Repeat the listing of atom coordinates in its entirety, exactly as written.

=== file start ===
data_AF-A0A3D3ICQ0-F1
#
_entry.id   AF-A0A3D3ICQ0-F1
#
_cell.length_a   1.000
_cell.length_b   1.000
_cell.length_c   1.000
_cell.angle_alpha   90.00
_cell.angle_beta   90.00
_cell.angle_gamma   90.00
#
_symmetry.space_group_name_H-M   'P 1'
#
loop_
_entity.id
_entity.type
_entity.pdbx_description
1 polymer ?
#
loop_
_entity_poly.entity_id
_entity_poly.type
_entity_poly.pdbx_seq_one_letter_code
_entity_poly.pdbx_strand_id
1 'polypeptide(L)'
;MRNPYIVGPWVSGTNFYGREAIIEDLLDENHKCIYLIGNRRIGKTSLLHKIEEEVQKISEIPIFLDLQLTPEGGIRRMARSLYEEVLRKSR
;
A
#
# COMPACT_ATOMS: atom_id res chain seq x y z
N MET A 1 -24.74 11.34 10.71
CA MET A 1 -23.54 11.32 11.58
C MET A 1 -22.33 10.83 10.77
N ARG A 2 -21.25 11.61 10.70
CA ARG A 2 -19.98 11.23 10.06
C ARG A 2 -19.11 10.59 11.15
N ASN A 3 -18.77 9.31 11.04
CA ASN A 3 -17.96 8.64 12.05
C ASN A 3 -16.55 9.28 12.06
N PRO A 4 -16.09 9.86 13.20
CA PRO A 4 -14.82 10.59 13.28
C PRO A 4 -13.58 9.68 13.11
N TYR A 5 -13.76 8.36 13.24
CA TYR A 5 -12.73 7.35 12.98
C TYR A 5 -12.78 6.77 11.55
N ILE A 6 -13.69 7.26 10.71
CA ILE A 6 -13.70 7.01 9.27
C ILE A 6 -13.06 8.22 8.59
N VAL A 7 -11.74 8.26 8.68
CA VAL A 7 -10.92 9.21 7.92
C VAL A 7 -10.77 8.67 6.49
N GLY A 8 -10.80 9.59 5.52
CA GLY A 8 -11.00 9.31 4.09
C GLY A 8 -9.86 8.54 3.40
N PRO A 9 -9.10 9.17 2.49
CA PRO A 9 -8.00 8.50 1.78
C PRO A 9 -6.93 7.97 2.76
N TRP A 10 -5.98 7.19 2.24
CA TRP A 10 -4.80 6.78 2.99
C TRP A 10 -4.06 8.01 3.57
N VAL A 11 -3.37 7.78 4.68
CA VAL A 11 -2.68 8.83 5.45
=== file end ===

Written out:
data_AF-A0A3D3ICQ0-F1
#
_entry.id   AF-A0A3D3ICQ0-F1
#
_cell.length_a   1.000
_cell.length_b   1.000
_cell.length_c   1.000
_cell.angle_alpha   90.00
_cell.angle_beta   90.00
_cell.angle_gamma   90.00
#
_symmetry.space_group_name_H-M   'P 1'
#
loop_
_entity.id
_entity.type
_entity.pdbx_description
1 polymer ?
#
loop_
_entity_poly.entity_id
_entity_poly.type
_entity_poly.pdbx_seq_one_letter_code
_entity_poly.pdbx_strand_id
1 'polypeptide(L)'
;MRNPYIVGPWVSGTNFYGREAIIEDLLDENHKCIYLIGNRRIGKTSLLHKIEEEVQKISEIPIFLDLQLTPEGGIRRMARSLYEEVLRKSR
;
A
#
# COMPACT_ATOMS: atom_id res chain seq x y z
N MET A 1 -24.74 11.34 10.71
CA MET A 1 -23.54 11.32 11.58
C MET A 1 -22.33 10.83 10.77
N ARG A 2 -21.25 11.61 10.70
CA ARG A 2 -19.98 11.23 10.06
C ARG A 2 -19.11 10.59 11.15
N ASN A 3 -18.77 9.31 11.04
CA ASN A 3 -17.96 8.64 12.05
C ASN A 3 -16.55 9.28 12.06
N PRO A 4 -16.09 9.86 13.20
CA PRO A 4 -14.82 10.59 13.28
C PRO A 4 -13.58 9.68 13.11
N TYR A 5 -13.76 8.36 13.24
CA TYR A 5 -12.73 7.35 12.98
C TYR A 5 -12.78 6.77 11.55
N ILE A 6 -13.69 7.26 10.71
CA ILE A 6 -13.70 7.01 9.27
C ILE A 6 -13.06 8.22 8.59
N VAL A 7 -11.74 8.26 8.68
CA VAL A 7 -10.92 9.21 7.92
C VAL A 7 -10.77 8.67 6.49
N GLY A 8 -10.80 9.59 5.52
CA GLY A 8 -11.00 9.31 4.09
C GLY A 8 -9.86 8.54 3.40
N PRO A 9 -9.10 9.17 2.49
CA PRO A 9 -8.00 8.50 1.78
C PRO A 9 -6.93 7.97 2.76
N TRP A 10 -5.98 7.19 2.24
CA TRP A 10 -4.80 6.78 2.99
C TRP A 10 -4.06 8.01 3.57
N VAL A 11 -3.37 7.78 4.68
CA VAL A 11 -2.68 8.83 5.45